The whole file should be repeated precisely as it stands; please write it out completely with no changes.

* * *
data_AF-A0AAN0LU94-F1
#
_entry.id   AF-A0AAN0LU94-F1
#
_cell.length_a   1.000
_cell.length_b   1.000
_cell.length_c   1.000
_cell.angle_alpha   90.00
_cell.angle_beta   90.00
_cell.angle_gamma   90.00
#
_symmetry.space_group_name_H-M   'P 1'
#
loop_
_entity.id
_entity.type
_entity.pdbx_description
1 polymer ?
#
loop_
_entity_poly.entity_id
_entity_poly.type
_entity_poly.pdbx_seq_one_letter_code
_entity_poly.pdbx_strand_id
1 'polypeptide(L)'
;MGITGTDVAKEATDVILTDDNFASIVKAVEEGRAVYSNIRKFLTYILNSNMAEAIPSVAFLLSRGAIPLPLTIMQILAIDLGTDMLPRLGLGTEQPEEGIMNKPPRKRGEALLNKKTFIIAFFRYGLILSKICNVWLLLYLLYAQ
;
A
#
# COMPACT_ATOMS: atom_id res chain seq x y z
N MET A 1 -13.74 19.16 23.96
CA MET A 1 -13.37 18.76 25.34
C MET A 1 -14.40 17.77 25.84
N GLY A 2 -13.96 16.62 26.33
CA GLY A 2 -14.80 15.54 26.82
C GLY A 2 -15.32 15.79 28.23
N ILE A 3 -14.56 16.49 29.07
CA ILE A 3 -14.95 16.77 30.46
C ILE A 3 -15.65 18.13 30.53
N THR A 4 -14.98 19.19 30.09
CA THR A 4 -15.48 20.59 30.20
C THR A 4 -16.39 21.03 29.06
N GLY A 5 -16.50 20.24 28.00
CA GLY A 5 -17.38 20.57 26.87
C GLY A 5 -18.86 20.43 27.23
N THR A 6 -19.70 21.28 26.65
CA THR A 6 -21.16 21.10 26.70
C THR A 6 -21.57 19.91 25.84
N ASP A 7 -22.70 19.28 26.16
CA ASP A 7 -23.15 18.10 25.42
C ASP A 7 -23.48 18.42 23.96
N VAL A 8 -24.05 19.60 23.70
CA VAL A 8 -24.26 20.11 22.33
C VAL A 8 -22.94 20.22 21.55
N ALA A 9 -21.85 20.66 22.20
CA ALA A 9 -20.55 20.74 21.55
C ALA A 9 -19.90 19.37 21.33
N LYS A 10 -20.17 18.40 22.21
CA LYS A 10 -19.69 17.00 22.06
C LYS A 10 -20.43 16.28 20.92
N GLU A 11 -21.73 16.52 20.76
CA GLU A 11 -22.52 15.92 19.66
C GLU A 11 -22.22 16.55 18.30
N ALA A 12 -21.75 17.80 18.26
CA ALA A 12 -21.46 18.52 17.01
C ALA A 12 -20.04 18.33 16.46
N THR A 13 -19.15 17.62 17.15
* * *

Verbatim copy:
data_AF-A0AAN0LU94-F1
#
_entry.id   AF-A0AAN0LU94-F1
#
_cell.length_a   1.000
_cell.length_b   1.000
_cell.length_c   1.000
_cell.angle_alpha   90.00
_cell.angle_beta   90.00
_cell.angle_gamma   90.00
#
_symmetry.space_group_name_H-M   'P 1'
#
loop_
_entity.id
_entity.type
_entity.pdbx_description
1 polymer ?
#
loop_
_entity_poly.entity_id
_entity_poly.type
_entity_poly.pdbx_seq_one_letter_code
_entity_poly.pdbx_strand_id
1 'polypeptide(L)'
;MGITGTDVAKEATDVILTDDNFASIVKAVEEGRAVYSNIRKFLTYILNSNMAEAIPSVAFLLSRGAIPLPLTIMQILAIDLGTDMLPRLGLGTEQPEEGIMNKPPRKRGEALLNKKTFIIAFFRYGLILSKICNVWLLLYLLYAQ
;
A
#
# COMPACT_ATOMS: atom_id res chain seq x y z
N MET A 1 -13.74 19.16 23.96
CA MET A 1 -13.37 18.76 25.34
C MET A 1 -14.40 17.77 25.84
N GLY A 2 -13.96 16.62 26.33
CA GLY A 2 -14.80 15.54 26.82
C GLY A 2 -15.32 15.79 28.23
N ILE A 3 -14.56 16.49 29.07
CA ILE A 3 -14.95 16.77 30.46
C ILE A 3 -15.65 18.13 30.53
N THR A 4 -14.98 19.19 30.09
CA THR A 4 -15.48 20.59 30.20
C THR A 4 -16.39 21.03 29.06
N GLY A 5 -16.50 20.24 28.00
CA GLY A 5 -17.38 20.57 26.87
C GLY A 5 -18.86 20.43 27.23
N THR A 6 -19.70 21.28 26.65
CA THR A 6 -21.16 21.10 26.70
C THR A 6 -21.57 19.91 25.84
N ASP A 7 -22.70 19.28 26.16
CA ASP A 7 -23.15 18.10 25.42
C ASP A 7 -23.48 18.42 23.96
N VAL A 8 -24.05 19.60 23.70
CA VAL A 8 -24.26 20.11 22.33
C VAL A 8 -22.94 20.22 21.55
N ALA A 9 -21.85 20.66 22.20
CA ALA A 9 -20.55 20.74 21.55
C ALA A 9 -19.90 19.37 21.33
N LYS A 10 -20.17 18.40 22.21
CA LYS A 10 -19.69 17.00 22.06
C LYS A 10 -20.43 16.28 20.92
N GLU A 11 -21.73 16.52 20.76
CA GLU A 11 -22.52 15.92 19.66
C GLU A 11 -22.22 16.55 18.30
N ALA A 12 -21.75 17.80 18.26
CA ALA A 12 -21.46 18.52 17.01
C ALA A 12 -20.04 18.33 16.46
N THR A 13 -19.15 17.62 17.15